CHRISTMAS EVE – 12/24/19 – Even the Holy Baby Cries

EVEN THE HOLY BABY CRIES

December 24, 2019
Christmas Eve
Sermon: Luke 2:1-20
Rev. Denise Clark-Jones

 

If your only exposure to the bible as a child was children’s TV programming, I could have said after the reading of Luke’s nativity story: “And that, Charlie Brown, is what Christmas is all about.” And, you would be satisfied you knew the true meaning of Christmas. If church and Sunday school were your Sunday ritual, you might have been cast in a Christmas pageant every year until you outgrew all the children-sized costumes. You might have seen a creche each Sunday with all the main characters of the story, except the baby Jesus. In my previous church, there was a creche on the floor of the chancel in front of the Communion table. I would deftly slip the baby Jesus out from my robe pocket to put in the manger right before the service started to add to the anticipation and mystery. When the children came up to the chancel for the Children’s sermon, the baby Jesus was seen for the first time. I hope these children, some of whom I taught in a three-year Confirmation class, still carry the memories of that anticipation and mystery of the Christ child entering their lives on Christmas Eve. I am thankful to their parents that they saw to it that their children learned about the Holy Child that grew in wisdom and grace and showed the way to God’s wholeness and peace through sacrificial love.

I’ve often heard it said that babies are God’s pronouncement that the world should go on. For most mothers and fathers, as it was for Mary and Joseph, a newborn baby is a harbinger of hope for the future. Last week I walked into the hospital room of a patient and met another visitor — a mother cradling a one-month-old sleeping infant in her arms. Immediately I was drawn to look at the baby’s face. Her mother beamed with pride as I oohed and ahhed over the baby. Her mother explained she was sleeping so soundly because she had been awake and crying all night. When an infant is sleeping, she is a heart-warming joy to behold. Helpless and totally dependent, we feel compelled to wrap our arms around a sleeping infant and protect them.  When I see a peaceful, contented baby I am filled with hope for the future that defies evidence to the contrary. A screaming and crying infant, however, disturbs our peace profoundly. We become the helpless one. Our anxiety level skyrockets and we are desperate to quiet the noise which so upsets are own peace and sense of competence. I have noticed that most of the Christmas carols that include the baby Jesus in their texts, refer to him as sleeping. Yet, we know he cried as we do. When his friend, Lazarus died, the bible tells us, “Jesus wept.” (John 11:35) He wept over Jerusalem when he saw they had not learned the ways of peace. (Lk. 19:41)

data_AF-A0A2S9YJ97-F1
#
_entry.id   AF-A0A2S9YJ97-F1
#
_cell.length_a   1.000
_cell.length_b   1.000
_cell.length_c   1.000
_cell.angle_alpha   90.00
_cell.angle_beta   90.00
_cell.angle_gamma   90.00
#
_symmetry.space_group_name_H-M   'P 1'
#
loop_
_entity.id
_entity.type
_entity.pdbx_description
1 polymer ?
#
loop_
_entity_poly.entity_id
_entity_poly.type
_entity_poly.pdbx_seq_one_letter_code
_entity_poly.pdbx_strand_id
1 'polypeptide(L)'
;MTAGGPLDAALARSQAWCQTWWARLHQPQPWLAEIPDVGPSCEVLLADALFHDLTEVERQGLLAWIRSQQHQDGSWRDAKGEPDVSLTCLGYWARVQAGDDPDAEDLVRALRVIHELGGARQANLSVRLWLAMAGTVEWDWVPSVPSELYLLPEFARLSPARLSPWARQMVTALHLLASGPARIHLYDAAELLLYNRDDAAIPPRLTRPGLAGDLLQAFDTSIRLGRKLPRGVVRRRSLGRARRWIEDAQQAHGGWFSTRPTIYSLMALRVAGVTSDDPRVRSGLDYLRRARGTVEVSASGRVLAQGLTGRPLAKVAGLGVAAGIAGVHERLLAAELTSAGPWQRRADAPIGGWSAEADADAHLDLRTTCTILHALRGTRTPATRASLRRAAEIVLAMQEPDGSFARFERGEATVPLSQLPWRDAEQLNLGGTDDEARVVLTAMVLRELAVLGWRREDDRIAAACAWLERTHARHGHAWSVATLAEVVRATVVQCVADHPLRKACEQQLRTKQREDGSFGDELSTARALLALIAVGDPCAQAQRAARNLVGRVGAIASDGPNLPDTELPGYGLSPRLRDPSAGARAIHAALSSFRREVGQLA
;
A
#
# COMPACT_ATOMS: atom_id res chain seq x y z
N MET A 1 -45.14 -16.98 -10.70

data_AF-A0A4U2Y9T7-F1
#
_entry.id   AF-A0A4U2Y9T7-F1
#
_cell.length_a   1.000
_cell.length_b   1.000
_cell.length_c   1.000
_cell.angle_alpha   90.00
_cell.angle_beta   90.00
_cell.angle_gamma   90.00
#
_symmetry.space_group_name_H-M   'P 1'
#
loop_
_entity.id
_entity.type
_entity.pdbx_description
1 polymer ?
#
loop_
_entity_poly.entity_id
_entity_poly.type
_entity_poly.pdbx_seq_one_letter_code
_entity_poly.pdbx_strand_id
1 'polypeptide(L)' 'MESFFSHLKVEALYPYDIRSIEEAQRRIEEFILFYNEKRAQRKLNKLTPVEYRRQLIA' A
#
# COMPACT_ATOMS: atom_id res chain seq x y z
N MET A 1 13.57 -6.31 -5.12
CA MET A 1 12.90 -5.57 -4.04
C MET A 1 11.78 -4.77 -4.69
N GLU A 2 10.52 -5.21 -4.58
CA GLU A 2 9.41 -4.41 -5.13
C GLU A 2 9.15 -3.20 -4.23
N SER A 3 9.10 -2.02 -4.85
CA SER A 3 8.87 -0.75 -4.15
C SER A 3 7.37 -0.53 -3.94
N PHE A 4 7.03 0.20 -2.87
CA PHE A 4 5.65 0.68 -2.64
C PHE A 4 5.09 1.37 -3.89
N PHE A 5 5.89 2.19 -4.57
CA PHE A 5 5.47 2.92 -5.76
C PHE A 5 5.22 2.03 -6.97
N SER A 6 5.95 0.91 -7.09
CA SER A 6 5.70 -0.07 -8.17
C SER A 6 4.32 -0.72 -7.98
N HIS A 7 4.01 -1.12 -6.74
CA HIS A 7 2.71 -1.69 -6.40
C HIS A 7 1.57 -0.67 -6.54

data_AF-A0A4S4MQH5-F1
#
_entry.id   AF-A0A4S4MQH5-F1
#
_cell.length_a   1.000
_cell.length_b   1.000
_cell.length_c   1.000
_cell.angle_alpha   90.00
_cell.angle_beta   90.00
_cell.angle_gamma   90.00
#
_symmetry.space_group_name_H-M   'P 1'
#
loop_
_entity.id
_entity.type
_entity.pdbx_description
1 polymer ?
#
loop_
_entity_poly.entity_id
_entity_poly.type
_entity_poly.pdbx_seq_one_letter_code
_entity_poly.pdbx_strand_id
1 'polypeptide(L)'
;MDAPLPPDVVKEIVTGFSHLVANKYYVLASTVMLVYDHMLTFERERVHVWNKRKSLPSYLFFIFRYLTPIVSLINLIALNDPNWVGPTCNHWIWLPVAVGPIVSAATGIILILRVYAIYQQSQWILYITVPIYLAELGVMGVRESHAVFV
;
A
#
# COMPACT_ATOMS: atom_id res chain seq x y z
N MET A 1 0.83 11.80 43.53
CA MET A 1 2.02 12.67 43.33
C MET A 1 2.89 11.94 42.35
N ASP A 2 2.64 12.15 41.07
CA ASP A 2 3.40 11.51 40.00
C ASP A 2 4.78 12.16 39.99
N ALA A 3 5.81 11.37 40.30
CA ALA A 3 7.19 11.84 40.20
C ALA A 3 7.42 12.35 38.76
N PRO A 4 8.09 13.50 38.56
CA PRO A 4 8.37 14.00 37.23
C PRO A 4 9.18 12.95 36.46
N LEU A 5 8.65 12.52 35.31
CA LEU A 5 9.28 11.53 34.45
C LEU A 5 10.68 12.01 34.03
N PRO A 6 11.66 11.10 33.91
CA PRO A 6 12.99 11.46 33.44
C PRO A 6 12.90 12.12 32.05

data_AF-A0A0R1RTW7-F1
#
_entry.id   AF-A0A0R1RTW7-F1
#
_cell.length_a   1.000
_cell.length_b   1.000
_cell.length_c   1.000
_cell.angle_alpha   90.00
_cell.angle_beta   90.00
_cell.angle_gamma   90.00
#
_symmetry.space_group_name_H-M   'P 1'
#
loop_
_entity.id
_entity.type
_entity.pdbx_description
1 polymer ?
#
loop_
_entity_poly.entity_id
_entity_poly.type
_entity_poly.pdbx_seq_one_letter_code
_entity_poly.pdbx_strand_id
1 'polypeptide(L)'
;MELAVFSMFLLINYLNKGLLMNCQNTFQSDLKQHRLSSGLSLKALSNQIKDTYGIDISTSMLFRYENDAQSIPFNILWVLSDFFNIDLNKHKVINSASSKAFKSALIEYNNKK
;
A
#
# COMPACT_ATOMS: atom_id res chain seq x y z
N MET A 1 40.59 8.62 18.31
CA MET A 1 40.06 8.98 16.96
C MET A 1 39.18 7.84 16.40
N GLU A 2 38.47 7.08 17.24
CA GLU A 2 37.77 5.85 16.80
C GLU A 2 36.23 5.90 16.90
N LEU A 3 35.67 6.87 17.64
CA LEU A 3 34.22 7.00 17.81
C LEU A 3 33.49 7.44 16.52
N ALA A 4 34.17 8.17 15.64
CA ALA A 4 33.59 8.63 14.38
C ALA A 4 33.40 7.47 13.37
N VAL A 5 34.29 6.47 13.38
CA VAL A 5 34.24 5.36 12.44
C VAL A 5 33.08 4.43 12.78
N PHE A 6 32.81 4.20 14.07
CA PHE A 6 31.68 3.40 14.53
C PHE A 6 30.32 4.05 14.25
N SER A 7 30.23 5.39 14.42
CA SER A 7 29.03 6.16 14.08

The gospel of Luke makes it clear that Jesus was sent to wake up the world to God’s grand reversal of the ways of the world through Christ.  In Luke, after Mary is told she is to bear the Son of God, she breaks into song proclaiming that with this child God has “scattered the proud in the thoughts of their hearts…has brought down the powerful from their thrones, and lifted up the lowly.” With this introduction, Luke prepares his audience for an eye-opening saga of divine revelation. Luke’s message is clear. human-led kingdoms operate on a completely different value system from the kingdom of God and we must choose which kingdom we give our ultimate allegiance.

The Jewish people, occupied by the Roman Empire in the province of Judea, hoped for a Messiah that would defeat the Romans and restore the nation of Israel to its former strength and prosperity under King David. Judea was the “Jewish ghetto” of the Roman Empire. Bethlehem was the birthplace of Jesus’ famous ancestor, King David. We are not surprised there are shepherds there because David began his career as a lowly shepherd, not a king. Despite the nationalistic image of the long-awaited Messiah, God, instead sent a baby to be raised by parents marginalized by their religion, ethnicity, and socio-economic status. Mary and Joseph were trapped in a life of poverty and powerlessness. Empire bullies made their lives more difficult in every way possible. Here was Mary, in the last stages of pregnancy, having to travel with Joseph nearly 100 miles through all kinds of dangers inherent in desert travel. Like the Central Americans who have traveled through similar conditions, Mary and Joseph would also have been vulnerable to lawless men who preyed on travelers and not welcomed where they sought sanctuary. The government powers that demanded they take this arduous journey wanted their names on a census for purposes of collecting money for the Empire which had conquered and occupied the Jewish region of Judea. The census was also used to register men for drafting into the empire’s formidable army should the need arise for more soldiers.